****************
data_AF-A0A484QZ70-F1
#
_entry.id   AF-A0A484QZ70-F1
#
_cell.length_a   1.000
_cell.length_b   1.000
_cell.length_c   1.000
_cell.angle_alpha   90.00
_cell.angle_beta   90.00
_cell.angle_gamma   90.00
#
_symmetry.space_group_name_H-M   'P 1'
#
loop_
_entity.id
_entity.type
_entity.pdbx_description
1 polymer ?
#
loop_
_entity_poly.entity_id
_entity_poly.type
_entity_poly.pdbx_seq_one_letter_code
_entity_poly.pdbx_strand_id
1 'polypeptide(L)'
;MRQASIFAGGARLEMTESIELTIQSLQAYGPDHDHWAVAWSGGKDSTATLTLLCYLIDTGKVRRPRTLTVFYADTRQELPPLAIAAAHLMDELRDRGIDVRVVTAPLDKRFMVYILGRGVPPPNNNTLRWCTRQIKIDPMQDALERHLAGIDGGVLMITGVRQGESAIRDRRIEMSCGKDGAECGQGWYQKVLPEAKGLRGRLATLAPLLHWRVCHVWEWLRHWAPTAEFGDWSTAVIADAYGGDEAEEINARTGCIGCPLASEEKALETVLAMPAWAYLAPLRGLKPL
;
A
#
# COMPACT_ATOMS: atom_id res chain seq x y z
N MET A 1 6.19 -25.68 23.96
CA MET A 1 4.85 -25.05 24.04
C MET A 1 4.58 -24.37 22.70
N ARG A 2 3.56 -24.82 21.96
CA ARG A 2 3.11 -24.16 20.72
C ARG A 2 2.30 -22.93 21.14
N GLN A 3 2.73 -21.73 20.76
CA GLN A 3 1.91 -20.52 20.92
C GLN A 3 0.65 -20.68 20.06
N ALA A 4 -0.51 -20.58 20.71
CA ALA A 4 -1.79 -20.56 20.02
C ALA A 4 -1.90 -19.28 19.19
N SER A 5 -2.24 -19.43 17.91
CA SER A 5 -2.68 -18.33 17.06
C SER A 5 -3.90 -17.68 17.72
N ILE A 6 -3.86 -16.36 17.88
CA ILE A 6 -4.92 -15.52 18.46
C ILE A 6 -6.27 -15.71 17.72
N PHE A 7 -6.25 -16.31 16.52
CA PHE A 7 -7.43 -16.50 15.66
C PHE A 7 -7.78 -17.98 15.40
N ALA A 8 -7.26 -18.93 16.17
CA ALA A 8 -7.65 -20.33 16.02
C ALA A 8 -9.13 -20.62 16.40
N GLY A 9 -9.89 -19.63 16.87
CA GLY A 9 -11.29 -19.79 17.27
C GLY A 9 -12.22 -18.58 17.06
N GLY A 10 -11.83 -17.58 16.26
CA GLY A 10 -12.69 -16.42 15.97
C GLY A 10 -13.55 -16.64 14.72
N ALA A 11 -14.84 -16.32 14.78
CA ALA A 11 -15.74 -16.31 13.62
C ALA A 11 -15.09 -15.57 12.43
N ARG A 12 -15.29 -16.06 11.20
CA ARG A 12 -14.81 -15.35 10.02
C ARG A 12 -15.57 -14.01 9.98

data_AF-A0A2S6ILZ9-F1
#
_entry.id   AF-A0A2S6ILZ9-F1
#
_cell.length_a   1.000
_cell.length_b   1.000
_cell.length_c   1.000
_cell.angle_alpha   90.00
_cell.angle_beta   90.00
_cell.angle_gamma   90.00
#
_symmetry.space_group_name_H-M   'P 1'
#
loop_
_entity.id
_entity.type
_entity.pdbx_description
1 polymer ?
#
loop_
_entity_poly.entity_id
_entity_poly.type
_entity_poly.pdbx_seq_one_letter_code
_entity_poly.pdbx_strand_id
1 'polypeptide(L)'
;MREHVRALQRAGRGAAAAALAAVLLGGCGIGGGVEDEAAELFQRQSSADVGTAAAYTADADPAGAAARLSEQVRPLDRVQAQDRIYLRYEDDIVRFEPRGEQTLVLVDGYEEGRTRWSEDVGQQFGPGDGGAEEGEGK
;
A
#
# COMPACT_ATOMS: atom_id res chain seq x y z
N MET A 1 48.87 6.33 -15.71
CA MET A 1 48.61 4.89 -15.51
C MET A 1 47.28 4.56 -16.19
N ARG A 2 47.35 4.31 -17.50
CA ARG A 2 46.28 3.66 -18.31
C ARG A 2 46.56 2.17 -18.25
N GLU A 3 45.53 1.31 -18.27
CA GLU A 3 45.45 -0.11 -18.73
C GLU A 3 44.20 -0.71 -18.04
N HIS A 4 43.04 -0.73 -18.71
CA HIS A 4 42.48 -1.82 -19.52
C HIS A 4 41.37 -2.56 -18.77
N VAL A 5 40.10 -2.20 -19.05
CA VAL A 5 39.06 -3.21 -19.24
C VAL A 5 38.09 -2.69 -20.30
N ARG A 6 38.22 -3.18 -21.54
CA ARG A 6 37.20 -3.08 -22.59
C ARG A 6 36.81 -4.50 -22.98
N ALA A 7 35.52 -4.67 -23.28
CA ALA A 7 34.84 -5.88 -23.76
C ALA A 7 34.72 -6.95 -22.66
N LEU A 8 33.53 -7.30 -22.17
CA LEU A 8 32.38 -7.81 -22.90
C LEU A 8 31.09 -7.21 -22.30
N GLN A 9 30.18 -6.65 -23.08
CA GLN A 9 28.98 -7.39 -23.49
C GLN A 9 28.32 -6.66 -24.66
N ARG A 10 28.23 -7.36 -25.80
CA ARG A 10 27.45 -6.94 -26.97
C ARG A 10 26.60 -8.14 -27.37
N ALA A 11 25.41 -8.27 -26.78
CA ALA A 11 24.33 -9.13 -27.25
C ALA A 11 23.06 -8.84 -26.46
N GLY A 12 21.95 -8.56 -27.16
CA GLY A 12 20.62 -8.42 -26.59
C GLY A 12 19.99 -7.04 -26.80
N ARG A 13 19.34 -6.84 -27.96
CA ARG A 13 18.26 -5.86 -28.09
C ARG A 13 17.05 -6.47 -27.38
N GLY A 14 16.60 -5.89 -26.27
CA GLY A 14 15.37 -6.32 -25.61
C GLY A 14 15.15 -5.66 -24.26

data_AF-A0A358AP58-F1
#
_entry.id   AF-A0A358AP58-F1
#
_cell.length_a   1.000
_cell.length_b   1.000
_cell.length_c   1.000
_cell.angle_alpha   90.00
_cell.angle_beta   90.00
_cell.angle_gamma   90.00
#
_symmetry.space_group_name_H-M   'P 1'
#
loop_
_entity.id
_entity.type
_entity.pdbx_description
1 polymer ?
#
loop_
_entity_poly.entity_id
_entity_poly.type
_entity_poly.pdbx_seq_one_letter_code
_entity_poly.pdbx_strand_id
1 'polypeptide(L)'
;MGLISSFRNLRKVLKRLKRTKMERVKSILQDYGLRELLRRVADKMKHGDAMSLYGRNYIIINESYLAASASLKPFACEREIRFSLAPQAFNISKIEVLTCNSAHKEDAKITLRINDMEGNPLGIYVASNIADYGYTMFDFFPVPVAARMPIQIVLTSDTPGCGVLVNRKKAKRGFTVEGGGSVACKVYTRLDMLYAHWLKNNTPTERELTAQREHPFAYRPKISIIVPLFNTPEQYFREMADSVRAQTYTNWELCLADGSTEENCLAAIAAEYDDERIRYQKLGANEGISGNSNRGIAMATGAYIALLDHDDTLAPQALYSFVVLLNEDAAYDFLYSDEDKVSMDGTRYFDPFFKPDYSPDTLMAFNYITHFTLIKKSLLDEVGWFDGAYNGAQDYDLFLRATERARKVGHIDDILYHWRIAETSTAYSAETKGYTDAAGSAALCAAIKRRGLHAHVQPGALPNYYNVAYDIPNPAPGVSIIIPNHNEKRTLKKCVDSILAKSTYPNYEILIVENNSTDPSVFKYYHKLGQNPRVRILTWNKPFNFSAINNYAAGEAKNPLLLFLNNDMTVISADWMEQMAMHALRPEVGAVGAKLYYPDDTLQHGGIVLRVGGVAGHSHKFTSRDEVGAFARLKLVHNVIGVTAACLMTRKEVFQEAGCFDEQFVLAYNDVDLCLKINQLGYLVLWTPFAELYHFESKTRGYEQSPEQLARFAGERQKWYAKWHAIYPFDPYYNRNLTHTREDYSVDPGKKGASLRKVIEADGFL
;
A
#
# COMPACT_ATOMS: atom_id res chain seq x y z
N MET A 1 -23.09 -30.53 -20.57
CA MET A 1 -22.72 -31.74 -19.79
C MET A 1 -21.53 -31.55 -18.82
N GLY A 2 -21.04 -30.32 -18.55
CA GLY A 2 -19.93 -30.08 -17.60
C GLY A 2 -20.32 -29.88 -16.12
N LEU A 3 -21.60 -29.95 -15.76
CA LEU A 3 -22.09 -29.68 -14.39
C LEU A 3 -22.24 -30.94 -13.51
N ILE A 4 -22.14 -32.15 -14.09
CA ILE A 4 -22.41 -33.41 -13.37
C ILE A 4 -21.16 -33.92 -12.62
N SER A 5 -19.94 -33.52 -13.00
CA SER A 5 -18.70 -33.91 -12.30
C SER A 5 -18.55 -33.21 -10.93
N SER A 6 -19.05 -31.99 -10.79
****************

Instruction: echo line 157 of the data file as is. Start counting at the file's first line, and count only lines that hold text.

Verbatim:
#